Trading deadline an anxious time for Bucks

Trading deadline an anxious time for Bucks

Published Feb. 19, 2014 3:35 p.m. ET

ST. FRANCIS, Wis. -- With Thursday's trade deadline rapidly approaching, the Milwaukee Bucks went about business as usual Wednesday despite multiple rumors naturally swirling around a team sitting with the league's worst record.

But as easy as it is to say things were normal, the natural reaction of players is to have their minds on the 2 p.m. CST Thursday deadline. 

"It's kind of a time of a little anxiety," Bucks coach Larry Drew said. "When you hear about all the rumors and the possibilities and the 'what ifs', you kind of get caught up in it. I think a lot of players who have had their names mentioned are kind of on the edge of their seats right now wondering if anything is going to happen or not. Usually the probability is nothing happens, but until the deadline passes there's still a possibility."

Veterans Gary Neal, Caron Butler and Luke Ridnour all have been mentioned in trade rumors in recent weeks. Being the subject of trade talks is nothing new to Butler, as he's already been moved five times in his career.


Only one of those trades came at the trade deadline, as he was shipped from Washington with Brendan Haywood and DeShawn Stevenson to Dallas for Drew Gooden, Josh Howard, Quinton Ross and James Singleton.

Butler ended up winning an NBA championship the following season with the Mavericks.

"I was on a horrible team at the time, a team in transition," Butler said. "The Dallas Mavericks came and saved me. I'm forever grateful to that organization for that. It was a special moment in my career for me to go to a winning organization. I was grateful to the Wizards and Ernie Grunfeld for putting me in that situation."

Although he's playing close to his hometown, Butler would not be opposed to being traded unless he will fit into Milwaukee's current plans. His $8 million salary comes off the books following this season, making a potential deal tricky from a salary standpoint.

"It's refreshing to be home among loved ones, playing against loved ones, but business is business," Butler said. "As long as I'm out there playing and being able to contribute to the team on a consistent basis and I know that I'm going to play set minutes every night, a solid role, I'm fine with that. If that's not going to be the case . . . anything can happen. We'll see what happens."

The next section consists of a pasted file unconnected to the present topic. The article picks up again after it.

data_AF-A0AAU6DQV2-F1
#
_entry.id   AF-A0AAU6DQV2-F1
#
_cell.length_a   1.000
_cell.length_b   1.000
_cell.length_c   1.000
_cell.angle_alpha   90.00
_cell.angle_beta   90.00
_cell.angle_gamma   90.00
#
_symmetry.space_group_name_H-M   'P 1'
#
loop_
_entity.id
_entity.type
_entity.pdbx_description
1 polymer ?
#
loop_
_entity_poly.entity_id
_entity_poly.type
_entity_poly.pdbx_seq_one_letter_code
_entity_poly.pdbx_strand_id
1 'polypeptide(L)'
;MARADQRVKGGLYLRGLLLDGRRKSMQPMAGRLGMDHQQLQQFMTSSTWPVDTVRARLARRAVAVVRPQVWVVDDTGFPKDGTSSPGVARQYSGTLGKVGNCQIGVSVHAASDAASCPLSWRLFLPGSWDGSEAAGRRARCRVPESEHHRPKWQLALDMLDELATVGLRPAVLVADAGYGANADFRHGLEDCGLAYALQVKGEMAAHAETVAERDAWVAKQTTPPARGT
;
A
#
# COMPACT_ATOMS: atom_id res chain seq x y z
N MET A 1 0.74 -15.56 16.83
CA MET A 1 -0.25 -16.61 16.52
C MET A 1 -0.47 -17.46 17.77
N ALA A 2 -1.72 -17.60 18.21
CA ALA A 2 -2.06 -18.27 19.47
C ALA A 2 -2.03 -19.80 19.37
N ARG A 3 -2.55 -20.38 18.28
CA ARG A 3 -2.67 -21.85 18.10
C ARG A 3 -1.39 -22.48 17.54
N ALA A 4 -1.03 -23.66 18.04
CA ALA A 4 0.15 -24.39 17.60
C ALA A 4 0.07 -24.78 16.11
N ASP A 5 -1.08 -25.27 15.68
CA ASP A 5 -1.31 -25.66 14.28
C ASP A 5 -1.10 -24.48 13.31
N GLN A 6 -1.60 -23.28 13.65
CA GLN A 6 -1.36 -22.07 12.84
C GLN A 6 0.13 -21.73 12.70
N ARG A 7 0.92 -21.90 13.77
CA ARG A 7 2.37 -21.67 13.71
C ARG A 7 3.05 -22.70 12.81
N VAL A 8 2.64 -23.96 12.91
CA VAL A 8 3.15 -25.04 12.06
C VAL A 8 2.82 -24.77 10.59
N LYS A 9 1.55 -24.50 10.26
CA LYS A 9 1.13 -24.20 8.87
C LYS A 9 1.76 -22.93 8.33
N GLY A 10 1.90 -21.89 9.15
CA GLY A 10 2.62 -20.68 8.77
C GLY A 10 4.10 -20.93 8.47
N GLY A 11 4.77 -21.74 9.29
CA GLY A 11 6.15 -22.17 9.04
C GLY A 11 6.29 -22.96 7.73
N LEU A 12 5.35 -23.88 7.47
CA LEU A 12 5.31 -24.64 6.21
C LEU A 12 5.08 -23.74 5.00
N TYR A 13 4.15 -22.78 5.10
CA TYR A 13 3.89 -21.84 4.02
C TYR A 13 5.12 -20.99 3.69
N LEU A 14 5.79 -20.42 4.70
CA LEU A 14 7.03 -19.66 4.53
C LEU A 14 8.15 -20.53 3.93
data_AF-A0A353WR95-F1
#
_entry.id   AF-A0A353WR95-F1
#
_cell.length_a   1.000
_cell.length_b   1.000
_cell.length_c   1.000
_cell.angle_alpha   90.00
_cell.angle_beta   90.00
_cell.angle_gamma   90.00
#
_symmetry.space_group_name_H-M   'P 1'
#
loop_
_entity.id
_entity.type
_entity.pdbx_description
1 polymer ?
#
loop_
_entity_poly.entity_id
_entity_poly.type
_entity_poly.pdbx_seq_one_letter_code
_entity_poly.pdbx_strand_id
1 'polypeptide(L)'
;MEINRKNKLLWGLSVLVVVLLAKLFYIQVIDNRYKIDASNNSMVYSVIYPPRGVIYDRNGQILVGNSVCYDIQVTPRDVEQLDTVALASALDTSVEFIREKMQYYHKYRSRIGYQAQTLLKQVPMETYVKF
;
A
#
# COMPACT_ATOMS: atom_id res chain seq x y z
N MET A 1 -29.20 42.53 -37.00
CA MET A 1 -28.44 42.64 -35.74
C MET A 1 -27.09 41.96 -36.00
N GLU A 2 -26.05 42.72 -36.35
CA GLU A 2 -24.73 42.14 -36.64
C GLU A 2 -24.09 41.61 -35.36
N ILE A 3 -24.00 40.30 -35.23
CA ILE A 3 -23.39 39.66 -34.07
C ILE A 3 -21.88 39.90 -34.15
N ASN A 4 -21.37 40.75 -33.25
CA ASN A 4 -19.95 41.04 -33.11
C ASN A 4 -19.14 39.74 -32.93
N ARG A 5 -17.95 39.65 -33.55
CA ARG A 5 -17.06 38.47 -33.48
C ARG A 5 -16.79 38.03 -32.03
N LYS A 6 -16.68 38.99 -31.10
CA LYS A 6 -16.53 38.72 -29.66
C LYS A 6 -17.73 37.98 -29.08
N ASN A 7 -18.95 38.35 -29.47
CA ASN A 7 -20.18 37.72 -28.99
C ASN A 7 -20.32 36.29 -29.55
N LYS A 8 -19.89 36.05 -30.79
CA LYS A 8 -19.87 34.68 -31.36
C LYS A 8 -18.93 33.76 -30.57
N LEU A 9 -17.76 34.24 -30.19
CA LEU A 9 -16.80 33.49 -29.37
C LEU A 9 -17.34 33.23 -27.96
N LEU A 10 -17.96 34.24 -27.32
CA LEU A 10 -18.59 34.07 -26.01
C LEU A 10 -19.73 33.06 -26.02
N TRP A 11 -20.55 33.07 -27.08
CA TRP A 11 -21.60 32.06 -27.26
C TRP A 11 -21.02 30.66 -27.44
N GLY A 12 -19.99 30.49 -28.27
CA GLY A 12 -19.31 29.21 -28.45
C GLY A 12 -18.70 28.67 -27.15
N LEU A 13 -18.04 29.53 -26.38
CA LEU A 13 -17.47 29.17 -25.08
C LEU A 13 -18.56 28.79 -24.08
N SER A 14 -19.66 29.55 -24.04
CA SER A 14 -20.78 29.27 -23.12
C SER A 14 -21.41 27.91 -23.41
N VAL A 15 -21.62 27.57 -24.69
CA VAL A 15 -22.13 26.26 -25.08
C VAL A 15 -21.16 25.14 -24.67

Drew was never traded at the deadline during his 10-year NBA career, but he saw many teammates come and go at this time of year. While certain things about the deadline have changed since he played, the emotional aspect of these few days are still the same.

He recalled a player telling him he found out about being traded while listening to the radio on his way to practice. 

"It's a lot different than when I played because back in my day you didn't have to worry about caps and all that stuff," Drew said. "You are trying to mix apples with apples to try to make a deal happen. Back then you didn't worry about it, you just did the deal.

"But the level of excitement was still pretty high. There was always talk about potential deals and you were always wondering if it was going to happen. When you go to bed that night before the deadline passes, you are pretty excited, pretty nervous and pretty anxious."

With a game to be played just five hours after the deadline, Drew's main goal is to keep the team focused in the time leading up to Thursday. Players can be easily distracted wondering if something is going to get done or not.

"I know these guys surf the internet, talk to their agents, talk to different people and listen to rumors about what could potentially happen and what teams may have interest," Drew said. "All these things are swirling until that deadline passes.

"With a lot of these rumors, a lot of these things turn out just to be rumors. Sometimes you can get so caught up in it that you can lose your focus. This is just how it is this time of year."

If a deal would get done sometime Thursday, Drew and the coaching staff would have to make some quick adjustments and likely play short-handed that night against the Nuggets. But he understands the organization is going to do what it can to continue to build for the future.

"If it's a piece that can help us and when I say help us, I mean help us immediately and help us down the road as far as our future is concerned," Drew said when asked what he would hope to get back in a deadline deal.

For the players, the waiting game will last through the night.

"24 hours to lose," Butler said. "We'll see what happens."

Mayo update: Though available to play Tuesday against Orlando, Bucks guard O.J. Mayo didn't get into the game. Drew credited that to the way the game transpired and others playing well.

Mayo has missed Milwaukee's last 10 games due to an illness and conditioning issues and has spent the last few weeks trying to work his way back into shape.

"I had every intention of getting him in last night," Drew said. "I definitely want to try to get him into a rhythm and let him gradually get back.

"I had some guys that were playing well and once you get that rhythm, I don't want to disrupt it. Hopefully we'll get him in tomorrow."

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